This application will evaluate Gut-Liver and Diet-Alcohol interactions with respect to the critical role of intestinal barrier integrity/function in he development and progression of alcoholic liver disease (ALD). ALD remains one of the leading causes of liver diseases and a major cause of morbidity and mortality in the United States and worldwide. Why some heavy drinkers develop ALD and other are spared is unclear (we postulate dietary effects-see below). Gut-derived lipopolysaccharide (LPS) plays a crucial role in the development of ALD. Increased intestinal permeability resulting from the disruption of intestinal integrity is a major cause of alcohol-induced endotoxemia. Dietary fat is an important cofactor for the development of ALD. It has been shown that diets enriched in saturated fatty acids protect against alcohol-induced liver disease in rodents, whereas dietary polyunsaturated fatty acids (e.g. linoleic acid, LA) promote liver damage. Our working hypothesis is that dietary LA potentiates pro-oxidative and pro-inflammatory effects on intestinal epithelial cells with consequent NF-kB activation. These events lead to alterations of intestinal tight junctions through an MLCK-dependent mechanism and contribute to the ethanol-associated disruption of intestinal integrity. We hypothesize that the combined deleterious effects of LA and EtOH on intestinal barrier integrity occur through a common NF-kB-MLCK-mediated mechanism. Increased gut permeability leads to elevated blood endotoxemia and consequent liver injury. Thus, inhibition of MLCK will attenuate intestinal tight junction disruption, decrease gut leakines and blood endotoxemia, and attenuate ethanol/dietary linoleic acid induced liver damage.
The Specific Aims of our application are: 1. To determine: a) if linoleic acid induces oxidative stress activates NF-kB and increases pro-inflammatory cytokine production in Caco-2 cells, an in vitro model of the intestinal epithelial barrier;b) if linoleic acid enhances ethanol- mediated disruptin of intestinal barrier integrity by deregulation and redistribution of the major tight junctions proteins through an NF-kB-MLCK-mediated mechanism, and if this effect is additive or synergistic. 2. To determine: a) whether dietary linoleic acid potentiates intestinal oxidative stress and promotes intestinal inflammation through NF-kB activation in an animal model of ALD;b) whether dietary linoleic acid-mediated intestinal inflammation contributes to ethanol-associated intestinal tight junction dysfunction through the MLCK-mediated mechanism in vivo;and c) if pharmacological inhibition/genetic deletion of MLCK can attenuate tight junction alterations, decrease gut permeability and blood endotoxemia, and consequently attenuate liver injury in a mouse model of ALD. Dietary modulation may represent a novel preventive/therapeutic approach in ALD, and MLCK could be a specific novel therapeutic target.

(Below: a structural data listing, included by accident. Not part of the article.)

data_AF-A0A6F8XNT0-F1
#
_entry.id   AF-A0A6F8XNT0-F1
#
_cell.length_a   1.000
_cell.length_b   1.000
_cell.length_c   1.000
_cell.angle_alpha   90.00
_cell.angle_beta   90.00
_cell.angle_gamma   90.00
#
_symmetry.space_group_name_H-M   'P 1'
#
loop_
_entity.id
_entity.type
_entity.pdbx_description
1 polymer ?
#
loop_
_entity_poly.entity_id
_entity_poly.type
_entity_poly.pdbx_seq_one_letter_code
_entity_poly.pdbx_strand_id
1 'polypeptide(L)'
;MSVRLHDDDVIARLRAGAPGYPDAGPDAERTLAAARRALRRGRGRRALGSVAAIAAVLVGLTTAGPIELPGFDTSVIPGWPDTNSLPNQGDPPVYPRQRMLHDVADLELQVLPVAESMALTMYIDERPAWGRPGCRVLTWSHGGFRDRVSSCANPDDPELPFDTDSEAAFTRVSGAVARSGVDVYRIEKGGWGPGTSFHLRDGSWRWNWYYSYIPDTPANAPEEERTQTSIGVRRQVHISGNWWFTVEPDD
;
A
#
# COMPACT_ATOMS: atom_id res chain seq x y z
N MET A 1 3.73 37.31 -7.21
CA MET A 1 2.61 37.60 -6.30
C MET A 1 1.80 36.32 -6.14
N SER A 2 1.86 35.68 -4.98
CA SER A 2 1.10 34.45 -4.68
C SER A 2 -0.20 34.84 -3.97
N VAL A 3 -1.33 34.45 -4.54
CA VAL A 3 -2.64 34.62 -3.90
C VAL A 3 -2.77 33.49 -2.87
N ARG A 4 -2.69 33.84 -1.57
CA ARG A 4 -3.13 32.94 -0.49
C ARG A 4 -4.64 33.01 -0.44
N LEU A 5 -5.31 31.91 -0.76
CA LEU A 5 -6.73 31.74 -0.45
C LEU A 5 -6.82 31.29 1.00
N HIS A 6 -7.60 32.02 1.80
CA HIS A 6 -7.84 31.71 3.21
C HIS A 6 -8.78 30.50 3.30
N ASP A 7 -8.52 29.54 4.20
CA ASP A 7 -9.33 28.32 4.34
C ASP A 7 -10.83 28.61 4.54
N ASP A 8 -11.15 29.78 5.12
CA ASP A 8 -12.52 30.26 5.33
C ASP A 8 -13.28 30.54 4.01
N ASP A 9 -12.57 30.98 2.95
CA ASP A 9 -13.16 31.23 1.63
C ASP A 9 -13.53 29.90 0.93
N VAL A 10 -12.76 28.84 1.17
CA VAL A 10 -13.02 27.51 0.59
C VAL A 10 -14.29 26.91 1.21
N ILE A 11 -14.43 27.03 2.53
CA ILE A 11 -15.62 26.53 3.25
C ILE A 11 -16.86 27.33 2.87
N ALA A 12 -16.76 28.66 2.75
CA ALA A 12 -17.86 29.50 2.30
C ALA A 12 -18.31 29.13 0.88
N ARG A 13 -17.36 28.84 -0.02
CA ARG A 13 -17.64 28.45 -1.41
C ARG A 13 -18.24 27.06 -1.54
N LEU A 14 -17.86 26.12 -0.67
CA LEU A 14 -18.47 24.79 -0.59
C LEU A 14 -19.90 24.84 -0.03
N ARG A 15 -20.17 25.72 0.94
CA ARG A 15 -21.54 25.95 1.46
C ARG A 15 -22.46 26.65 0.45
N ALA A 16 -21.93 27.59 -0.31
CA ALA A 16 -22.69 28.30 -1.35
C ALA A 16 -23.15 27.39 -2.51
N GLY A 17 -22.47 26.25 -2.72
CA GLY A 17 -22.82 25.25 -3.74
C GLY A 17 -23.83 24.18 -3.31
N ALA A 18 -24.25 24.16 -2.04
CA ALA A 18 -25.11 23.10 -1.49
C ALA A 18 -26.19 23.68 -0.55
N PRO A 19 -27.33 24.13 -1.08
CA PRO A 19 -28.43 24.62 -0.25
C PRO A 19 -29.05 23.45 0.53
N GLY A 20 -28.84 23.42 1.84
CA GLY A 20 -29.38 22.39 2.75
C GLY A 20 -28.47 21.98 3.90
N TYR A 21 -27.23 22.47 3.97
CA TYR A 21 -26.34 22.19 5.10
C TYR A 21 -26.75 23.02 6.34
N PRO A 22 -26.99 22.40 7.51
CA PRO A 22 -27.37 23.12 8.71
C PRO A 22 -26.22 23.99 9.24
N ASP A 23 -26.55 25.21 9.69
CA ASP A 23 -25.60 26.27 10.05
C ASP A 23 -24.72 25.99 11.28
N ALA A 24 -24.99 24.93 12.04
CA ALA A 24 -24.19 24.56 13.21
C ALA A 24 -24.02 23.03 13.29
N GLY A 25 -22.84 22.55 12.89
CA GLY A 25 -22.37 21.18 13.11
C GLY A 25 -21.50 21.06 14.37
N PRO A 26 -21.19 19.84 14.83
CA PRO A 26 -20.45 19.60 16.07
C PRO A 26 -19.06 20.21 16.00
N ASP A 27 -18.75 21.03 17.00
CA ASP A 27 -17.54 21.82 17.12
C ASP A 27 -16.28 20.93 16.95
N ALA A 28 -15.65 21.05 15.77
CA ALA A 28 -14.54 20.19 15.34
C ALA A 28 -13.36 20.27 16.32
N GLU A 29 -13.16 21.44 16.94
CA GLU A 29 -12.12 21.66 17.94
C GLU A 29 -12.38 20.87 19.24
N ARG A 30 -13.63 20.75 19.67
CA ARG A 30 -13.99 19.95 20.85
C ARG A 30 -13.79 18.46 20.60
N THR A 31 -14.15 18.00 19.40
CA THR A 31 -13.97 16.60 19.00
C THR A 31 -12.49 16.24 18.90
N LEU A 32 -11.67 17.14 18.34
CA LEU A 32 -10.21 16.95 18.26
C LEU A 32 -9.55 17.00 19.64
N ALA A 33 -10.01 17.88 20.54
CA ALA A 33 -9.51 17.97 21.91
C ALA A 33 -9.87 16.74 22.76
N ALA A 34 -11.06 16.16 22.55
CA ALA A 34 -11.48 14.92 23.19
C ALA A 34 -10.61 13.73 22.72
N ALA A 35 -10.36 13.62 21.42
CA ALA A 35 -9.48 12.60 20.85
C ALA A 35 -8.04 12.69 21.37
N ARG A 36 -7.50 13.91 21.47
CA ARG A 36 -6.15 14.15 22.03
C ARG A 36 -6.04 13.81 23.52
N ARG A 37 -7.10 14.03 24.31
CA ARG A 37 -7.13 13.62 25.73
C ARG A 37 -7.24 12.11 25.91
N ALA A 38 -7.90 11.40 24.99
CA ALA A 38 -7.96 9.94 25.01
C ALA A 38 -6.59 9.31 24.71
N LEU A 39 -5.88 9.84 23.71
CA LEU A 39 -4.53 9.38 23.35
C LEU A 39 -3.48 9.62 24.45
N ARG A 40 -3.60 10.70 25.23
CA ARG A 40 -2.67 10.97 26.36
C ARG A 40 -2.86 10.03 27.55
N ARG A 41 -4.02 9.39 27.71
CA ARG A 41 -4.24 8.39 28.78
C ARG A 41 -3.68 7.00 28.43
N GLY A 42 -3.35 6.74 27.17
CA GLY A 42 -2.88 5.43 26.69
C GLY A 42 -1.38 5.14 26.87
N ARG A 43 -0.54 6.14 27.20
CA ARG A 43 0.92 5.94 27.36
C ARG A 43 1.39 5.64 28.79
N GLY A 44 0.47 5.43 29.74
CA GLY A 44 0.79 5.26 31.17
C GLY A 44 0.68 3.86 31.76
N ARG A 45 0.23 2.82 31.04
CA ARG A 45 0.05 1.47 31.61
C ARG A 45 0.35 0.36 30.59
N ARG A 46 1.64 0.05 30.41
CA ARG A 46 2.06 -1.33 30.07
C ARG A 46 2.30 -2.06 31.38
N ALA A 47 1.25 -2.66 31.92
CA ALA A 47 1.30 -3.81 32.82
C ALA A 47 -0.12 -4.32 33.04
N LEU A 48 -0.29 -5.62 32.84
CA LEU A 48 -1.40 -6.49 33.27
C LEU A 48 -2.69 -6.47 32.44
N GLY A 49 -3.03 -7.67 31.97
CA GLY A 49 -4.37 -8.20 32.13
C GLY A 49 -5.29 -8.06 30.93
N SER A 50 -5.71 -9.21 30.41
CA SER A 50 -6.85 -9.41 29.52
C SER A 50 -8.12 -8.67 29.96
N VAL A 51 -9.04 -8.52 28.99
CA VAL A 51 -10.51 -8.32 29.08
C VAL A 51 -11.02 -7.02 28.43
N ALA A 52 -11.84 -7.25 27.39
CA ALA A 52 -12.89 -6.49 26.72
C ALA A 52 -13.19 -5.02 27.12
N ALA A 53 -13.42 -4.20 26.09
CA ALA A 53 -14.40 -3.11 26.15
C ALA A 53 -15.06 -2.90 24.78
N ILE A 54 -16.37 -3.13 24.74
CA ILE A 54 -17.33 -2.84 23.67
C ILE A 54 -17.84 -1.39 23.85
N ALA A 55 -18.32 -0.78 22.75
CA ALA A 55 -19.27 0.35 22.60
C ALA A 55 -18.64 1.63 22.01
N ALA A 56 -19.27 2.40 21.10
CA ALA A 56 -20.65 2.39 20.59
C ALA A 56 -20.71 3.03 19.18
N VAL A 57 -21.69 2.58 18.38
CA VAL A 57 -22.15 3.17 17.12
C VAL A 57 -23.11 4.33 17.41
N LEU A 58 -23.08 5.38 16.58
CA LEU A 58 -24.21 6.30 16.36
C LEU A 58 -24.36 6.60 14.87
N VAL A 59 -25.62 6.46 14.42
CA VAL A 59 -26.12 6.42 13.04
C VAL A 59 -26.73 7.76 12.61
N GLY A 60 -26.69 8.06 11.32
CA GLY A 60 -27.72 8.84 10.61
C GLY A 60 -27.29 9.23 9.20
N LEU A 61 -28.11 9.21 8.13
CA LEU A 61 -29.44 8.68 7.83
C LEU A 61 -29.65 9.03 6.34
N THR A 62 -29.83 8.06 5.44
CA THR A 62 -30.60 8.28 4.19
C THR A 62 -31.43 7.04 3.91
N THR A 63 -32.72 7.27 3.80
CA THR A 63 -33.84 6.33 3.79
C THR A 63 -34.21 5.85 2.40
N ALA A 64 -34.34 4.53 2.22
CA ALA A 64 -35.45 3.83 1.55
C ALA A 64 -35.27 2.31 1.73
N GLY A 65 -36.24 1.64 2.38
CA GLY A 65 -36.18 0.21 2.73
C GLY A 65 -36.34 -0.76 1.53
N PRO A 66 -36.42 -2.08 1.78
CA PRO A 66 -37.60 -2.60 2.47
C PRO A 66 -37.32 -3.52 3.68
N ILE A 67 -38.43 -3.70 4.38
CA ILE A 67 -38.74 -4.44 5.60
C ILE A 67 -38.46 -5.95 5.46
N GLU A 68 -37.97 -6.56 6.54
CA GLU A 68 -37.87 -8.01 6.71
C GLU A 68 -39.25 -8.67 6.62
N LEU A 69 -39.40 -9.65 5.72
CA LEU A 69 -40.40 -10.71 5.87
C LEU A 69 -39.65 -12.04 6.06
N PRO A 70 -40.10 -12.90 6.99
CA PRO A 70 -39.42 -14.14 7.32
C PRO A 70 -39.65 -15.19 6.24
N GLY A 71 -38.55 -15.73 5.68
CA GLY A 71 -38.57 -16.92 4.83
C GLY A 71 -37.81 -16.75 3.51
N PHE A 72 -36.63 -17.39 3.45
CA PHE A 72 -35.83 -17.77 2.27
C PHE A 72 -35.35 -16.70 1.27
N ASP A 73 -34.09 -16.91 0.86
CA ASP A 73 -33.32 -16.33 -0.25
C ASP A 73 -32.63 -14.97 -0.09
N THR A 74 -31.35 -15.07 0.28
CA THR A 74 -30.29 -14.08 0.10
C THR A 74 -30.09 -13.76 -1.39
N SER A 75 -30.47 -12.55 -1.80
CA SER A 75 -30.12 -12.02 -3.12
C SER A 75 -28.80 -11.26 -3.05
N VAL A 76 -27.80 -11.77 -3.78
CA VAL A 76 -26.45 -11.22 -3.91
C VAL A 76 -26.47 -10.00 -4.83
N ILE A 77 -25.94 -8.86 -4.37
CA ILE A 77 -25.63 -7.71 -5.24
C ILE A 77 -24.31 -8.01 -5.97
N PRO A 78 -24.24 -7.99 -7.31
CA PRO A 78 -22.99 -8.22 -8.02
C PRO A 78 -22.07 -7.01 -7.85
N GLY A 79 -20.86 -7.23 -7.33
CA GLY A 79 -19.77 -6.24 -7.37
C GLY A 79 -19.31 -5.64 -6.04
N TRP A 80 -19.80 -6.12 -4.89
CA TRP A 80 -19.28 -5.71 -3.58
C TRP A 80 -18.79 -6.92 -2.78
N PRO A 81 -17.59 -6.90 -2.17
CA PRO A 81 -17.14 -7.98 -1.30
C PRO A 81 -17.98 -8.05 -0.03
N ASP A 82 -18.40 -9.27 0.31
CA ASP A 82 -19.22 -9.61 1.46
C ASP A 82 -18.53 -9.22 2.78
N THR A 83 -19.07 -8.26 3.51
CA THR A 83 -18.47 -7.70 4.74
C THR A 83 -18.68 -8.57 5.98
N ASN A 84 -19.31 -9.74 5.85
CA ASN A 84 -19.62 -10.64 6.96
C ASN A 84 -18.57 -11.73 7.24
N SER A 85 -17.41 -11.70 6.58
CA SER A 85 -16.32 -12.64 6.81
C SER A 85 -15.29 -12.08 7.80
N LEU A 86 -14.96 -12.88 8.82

Public Health Relevance

ALD remains one of the leading causes of liver diseases and a major cause of morbidity and mortality in the United States and worldwide. Why some heavy drinkers develop ALD and other are spared is unclear (we postulate dietary effects-see below). Interactions between the gut, immune system, and the liver are critical components of ALD. Diet may represent a novel therapeutic approach in ALD, and this is the goal of this proposal.

Agency
National Institute of Health (NIH)
Institute
National Institute on Alcohol Abuse and Alcoholism (NIAAA)
Type
Exploratory/Developmental Grants (R21)
Project #
5R21AA020849-02
Application #
8517522
Study Section
Health Services Research Review Subcommittee (AA)
Program Officer
Gao, Peter
Project Start
2012-08-01
Project End
2014-07-31
Budget Start
2013-08-01
Budget End
2014-07-31
Support Year
2
Fiscal Year
2013
Total Cost
$165,657
Indirect Cost
$55,219
Name
University of Louisville
Department
Internal Medicine/Medicine
Type
Schools of Medicine
DUNS #
057588857
City
Louisville
State
KY
Country
United States
Zip Code
40292